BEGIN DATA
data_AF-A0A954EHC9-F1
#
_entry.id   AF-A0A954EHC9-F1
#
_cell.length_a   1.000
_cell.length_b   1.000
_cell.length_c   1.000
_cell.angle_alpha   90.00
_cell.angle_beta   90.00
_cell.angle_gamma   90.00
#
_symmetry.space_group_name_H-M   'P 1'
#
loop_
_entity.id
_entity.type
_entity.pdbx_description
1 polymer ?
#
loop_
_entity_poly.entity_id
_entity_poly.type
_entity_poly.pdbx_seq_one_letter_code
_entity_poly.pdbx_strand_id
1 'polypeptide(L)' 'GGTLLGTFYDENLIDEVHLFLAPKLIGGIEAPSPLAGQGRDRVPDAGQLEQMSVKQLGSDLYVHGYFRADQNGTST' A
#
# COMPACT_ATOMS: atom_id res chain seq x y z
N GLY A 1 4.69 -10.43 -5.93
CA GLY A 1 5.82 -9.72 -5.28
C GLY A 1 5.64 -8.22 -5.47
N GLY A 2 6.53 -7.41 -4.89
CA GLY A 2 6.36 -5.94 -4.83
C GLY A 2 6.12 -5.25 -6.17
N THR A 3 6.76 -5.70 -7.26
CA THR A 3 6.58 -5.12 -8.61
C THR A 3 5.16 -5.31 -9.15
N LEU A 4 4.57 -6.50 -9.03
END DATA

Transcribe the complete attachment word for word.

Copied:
data_AF-A0A954EHC9-F1
#
_entry.id   AF-A0A954EHC9-F1
#
_cell.length_a   1.000
_cell.length_b   1.000
_cell.length_c   1.000
_cell.angle_alpha   90.00
_cell.angle_beta   90.00
_cell.angle_gamma   90.00
#
_symmetry.space_group_name_H-M   'P 1'
#
loop_
_entity.id
_entity.type
_entity.pdbx_description
1 polymer ?
#
loop_
_entity_poly.entity_id
_entity_poly.type
_entity_poly.pdbx_seq_one_letter_code
_entity_poly.pdbx_strand_id
1 'polypeptide(L)' 'GGTLLGTFYDENLIDEVHLFLAPKLIGGIEAPSPLAGQGRDRVPDAGQLEQMSVKQLGSDLYVHGYFRADQNGTST' A
#
# COMPACT_ATOMS: atom_id res chain seq x y z
N GLY A 1 4.69 -10.43 -5.93
CA GLY A 1 5.82 -9.72 -5.28
C GLY A 1 5.64 -8.22 -5.47
N GLY A 2 6.53 -7.41 -4.89
CA GLY A 2 6.36 -5.94 -4.83
C GLY A 2 6.12 -5.25 -6.17
N THR A 3 6.76 -5.70 -7.26
CA THR A 3 6.58 -5.12 -8.61
C THR A 3 5.16 -5.31 -9.15
N LEU A 4 4.57 -6.50 -9.03